Having said this, what are some details of how Wodehouse humorously satirizes the country life of the landed Lord after one world war has raged? To start with, (1) Wodehouse shows Lord Emsworth as completely dependent upon his domestic servants to get by: e.g., Beach must give him metaphorical sight by removing the cap from his telescope; McAllister, with the waggling red beard, must raise his pumpkin. Additionally, (2) Lord Emsworth has no understanding of nor control over his son, the Honorable Freddie: Freddie gets into debt and is banned from London; Freddie goes gallivanting in bright morning sunshine with a strange American girl with no aristocratic background (and marrying her); Freddie speaks in a slang that the "guv'nor" is hard pressed to make sense of:

Dear Guv'nor,
Awfully sorry and all that, but couldn't hold out any longer. I've popped up to London in the two-seater and Aggie and I were spliced this morning. ... Aggie's guv'nor ... [is] coming to see you. He wants to have a good long talk with you about the whole binge. Lush him up hospitably and all that, would you mind, because he's a sound egg .... Your affectionate son, Freddie

Another very important way that Wodehouse humorously satirizes the landed, country aristocracy, that might be characterized as "dislocated," is by (3) satirizing their values as epitomized by Lord Emsworth's preoccupations with winning gardening prizes. His family has won prizes for tulips, for roses, for spring onions, but they have not won prizes for pumpkins and Lord Emsworth has committed himself to doing just that. His values are not remotely connected to the post-war world, which Donaldson, the American millionaire, is, in contrast, connected to:

"... conditions have changed very much in America of late. We have been through a tough time ... But things are coming back. ... I am a firm believer in President Roosevelt and the New Deal. Under the New Deal, the American dog is beginning to eat more biscuits. ... I an Donaldson's Dog-Biscuits." 

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How is the story, "The Custody of the Pumpkin" by P.G.Wodehouse a comment on upper class British society?

P.G. Wodehouse's hilarious satire, "The Custody of the Pumpkin" is the story of the honorable Earl of Blandings, Lord Emsworth: a man whose great rank and position in the highest class of society is juxtaposed to his lack of intelligence and common sense.

The qualities of ignorance and idleness are the keypoints upon which Wodehouse focuses in order to make the story a parody of the lives of the upper-class British society members. Lord Emsworth represents the idle upper-classes who live off their family names and fortunes, who attend Oxford or Cambridge merely to say that they have gone there, and who later in life become the epicenter of a shallow social circle of estate balls, hunting, or many other forms of mindless entertainment. Like his peers, Lord Emsworth is clearly a man with lots of money and very little ideas about what to do with it.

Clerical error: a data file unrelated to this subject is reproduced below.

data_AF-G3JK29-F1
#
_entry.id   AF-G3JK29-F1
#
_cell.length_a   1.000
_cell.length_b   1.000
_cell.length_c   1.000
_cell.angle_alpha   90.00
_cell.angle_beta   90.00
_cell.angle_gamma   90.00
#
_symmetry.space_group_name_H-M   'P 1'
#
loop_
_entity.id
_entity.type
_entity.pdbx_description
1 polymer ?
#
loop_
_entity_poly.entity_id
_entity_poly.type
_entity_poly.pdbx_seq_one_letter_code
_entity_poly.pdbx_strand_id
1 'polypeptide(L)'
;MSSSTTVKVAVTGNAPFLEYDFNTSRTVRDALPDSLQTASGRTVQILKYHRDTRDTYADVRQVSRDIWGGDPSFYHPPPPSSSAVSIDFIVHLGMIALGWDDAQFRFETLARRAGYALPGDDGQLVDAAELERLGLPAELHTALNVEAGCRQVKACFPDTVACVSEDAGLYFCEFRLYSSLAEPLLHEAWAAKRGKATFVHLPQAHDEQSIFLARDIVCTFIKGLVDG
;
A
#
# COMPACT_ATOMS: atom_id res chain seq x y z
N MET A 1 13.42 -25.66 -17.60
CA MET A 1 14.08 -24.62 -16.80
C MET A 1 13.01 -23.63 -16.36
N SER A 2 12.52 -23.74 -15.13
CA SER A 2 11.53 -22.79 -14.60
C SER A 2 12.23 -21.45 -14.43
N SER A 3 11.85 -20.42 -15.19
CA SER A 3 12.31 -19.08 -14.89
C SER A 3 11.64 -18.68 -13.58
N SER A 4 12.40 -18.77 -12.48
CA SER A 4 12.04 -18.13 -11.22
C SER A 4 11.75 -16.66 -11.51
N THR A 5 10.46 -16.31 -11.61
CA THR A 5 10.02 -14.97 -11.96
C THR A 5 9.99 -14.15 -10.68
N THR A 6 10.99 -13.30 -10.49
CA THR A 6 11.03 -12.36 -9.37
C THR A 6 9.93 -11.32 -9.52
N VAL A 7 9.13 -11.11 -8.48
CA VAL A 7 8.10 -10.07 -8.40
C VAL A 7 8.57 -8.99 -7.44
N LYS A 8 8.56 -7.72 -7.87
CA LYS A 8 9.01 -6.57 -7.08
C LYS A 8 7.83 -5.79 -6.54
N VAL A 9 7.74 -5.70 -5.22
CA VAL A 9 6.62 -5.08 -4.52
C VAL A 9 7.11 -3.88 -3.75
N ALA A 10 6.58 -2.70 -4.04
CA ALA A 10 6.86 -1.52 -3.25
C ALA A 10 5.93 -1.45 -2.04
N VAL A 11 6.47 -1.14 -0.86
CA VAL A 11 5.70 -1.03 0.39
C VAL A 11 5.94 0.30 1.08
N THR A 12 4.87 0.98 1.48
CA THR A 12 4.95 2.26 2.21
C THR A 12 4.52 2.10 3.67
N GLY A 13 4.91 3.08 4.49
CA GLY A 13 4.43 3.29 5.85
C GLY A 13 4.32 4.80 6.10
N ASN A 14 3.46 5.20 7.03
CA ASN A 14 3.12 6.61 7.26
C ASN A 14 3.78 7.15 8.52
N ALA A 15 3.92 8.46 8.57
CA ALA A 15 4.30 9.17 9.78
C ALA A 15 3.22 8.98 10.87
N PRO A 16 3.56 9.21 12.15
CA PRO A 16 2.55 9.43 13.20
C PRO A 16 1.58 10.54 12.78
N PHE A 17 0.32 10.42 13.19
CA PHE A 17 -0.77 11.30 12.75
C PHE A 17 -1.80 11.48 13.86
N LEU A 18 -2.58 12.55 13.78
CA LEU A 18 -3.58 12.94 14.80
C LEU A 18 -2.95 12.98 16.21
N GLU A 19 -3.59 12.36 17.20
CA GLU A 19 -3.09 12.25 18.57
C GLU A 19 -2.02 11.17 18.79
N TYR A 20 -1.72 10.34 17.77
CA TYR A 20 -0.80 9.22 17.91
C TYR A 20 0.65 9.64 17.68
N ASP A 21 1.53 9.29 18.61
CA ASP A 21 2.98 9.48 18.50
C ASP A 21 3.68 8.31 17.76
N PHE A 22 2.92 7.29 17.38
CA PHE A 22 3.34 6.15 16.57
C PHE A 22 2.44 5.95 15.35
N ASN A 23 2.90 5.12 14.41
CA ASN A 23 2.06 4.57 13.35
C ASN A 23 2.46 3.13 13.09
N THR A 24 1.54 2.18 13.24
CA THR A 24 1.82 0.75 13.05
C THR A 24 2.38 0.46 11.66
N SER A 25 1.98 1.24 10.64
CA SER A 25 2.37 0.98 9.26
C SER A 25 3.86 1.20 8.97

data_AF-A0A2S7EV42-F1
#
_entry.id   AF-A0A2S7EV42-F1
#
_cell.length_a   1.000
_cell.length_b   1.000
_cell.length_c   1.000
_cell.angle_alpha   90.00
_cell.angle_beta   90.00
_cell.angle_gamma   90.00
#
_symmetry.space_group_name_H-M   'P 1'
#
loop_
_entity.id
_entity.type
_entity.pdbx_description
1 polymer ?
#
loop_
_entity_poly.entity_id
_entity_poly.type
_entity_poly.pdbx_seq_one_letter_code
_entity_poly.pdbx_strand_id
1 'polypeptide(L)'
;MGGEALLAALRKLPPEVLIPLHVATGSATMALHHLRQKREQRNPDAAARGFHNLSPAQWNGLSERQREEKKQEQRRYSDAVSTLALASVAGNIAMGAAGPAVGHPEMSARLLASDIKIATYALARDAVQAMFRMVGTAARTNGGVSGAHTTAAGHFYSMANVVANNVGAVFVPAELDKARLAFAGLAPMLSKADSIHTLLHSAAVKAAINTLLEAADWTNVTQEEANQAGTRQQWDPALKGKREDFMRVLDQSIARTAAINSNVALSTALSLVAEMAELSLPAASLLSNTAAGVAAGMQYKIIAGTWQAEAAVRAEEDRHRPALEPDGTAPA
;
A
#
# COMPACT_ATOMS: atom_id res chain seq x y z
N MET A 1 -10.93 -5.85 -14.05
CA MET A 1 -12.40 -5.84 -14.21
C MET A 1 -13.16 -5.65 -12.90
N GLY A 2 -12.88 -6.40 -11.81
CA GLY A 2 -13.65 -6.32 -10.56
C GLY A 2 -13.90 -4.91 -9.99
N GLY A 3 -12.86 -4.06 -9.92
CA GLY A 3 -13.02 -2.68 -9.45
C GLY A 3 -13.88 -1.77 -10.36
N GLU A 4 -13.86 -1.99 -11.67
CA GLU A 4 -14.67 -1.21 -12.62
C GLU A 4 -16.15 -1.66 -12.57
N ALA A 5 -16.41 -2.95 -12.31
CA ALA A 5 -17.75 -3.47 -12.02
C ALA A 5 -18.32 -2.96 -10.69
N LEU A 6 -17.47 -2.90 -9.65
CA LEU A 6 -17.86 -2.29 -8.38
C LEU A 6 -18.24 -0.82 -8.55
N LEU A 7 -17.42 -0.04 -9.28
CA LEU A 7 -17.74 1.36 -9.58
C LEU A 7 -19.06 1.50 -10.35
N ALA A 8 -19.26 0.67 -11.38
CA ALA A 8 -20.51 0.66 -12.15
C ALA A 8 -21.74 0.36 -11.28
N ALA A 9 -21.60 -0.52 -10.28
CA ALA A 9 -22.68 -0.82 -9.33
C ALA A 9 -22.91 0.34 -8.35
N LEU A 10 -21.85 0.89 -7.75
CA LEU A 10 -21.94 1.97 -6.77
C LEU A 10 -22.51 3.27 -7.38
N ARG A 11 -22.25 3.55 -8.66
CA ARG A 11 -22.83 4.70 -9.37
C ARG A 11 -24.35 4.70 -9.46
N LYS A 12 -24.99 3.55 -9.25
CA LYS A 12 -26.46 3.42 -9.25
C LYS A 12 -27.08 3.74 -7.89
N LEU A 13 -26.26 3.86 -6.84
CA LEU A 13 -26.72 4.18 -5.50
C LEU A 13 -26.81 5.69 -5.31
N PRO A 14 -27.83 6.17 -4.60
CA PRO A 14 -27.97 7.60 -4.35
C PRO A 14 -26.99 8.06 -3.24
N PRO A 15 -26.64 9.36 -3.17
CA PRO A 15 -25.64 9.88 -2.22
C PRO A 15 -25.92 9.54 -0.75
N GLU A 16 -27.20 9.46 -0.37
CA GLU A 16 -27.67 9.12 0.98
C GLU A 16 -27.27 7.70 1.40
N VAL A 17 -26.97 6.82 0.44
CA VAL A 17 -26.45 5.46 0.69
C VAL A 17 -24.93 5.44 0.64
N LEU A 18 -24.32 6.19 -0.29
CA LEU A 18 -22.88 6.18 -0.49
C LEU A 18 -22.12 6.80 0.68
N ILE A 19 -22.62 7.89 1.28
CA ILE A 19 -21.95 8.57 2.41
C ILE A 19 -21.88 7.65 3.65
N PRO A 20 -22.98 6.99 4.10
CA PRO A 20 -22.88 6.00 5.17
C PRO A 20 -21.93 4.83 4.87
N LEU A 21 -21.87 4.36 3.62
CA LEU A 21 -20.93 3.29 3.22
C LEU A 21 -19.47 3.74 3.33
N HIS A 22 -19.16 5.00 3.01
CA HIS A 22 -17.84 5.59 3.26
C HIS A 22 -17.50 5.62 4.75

Parly due to his idle and unintelligent condition, Lord Emsworth employs endless hours into the tending of his beloved award-winning and massive pumpkin whom he named "The Hope of Blandings"; a lead competitor at the Shrewsbury plant show. Emsworth's equally worthless son, Freddie, has been around the house flirting with the daughter of Emsworth's top gardener, McAllister, thus infuriating the latter to the point of quitting his job at Blandings.

What happens fnext is pure mockery and satire towards the upper classes. Lord Emsworth wanders around Kensinton Gardens in a blur not knowing what to do about his contest, nor his son. Lucky for him, McAllister stumbles upon Lord Emsworth, who is nearly taken to jail for his wandering and for pulling flowers at the park. After the intervention of a Mister Donaldson, the story comes to a nice resolution: Donaldson offers to give Freddie a a job far away from his father, McAllister's daughter marries Freddie, and McAllister gets his job back with double pay. In the end, they end up winning the contest again. 

The whole plot is designed to make Lord Emsworth and his son completely devoid of reason or imagination. Compared to the common folk, such as McAllister and Mr. Donaldson, the aristocrats stand out for their silliness in behavior and thought. 

Also, notice how the upper-class men seem unable to do anything without the help of the common man. Lord Emsworth cannot raise his pumpkin without the intervention of his gardener, and Freddie does not seem to be able to make any useful form of employment until Mr. Donaldson shows up.

Therefore, the story presents the lifestyles of the rich in Post World War I England in all of its glamour and its stubborn adherence to old traditions; all this while the world outside the walls of Blandings are undergoing major social changes that, eventually, would affect the aristocrats, as a whole. McAllister and Donaldson represent that world outside the Blandings estate which can survive on their own, and is strong enough for change. Lord Emsworth and his son, contrastingly, represent the weakening upper classes who are slowly but surely deteriorating precisely for their lack of social survival mechanisms.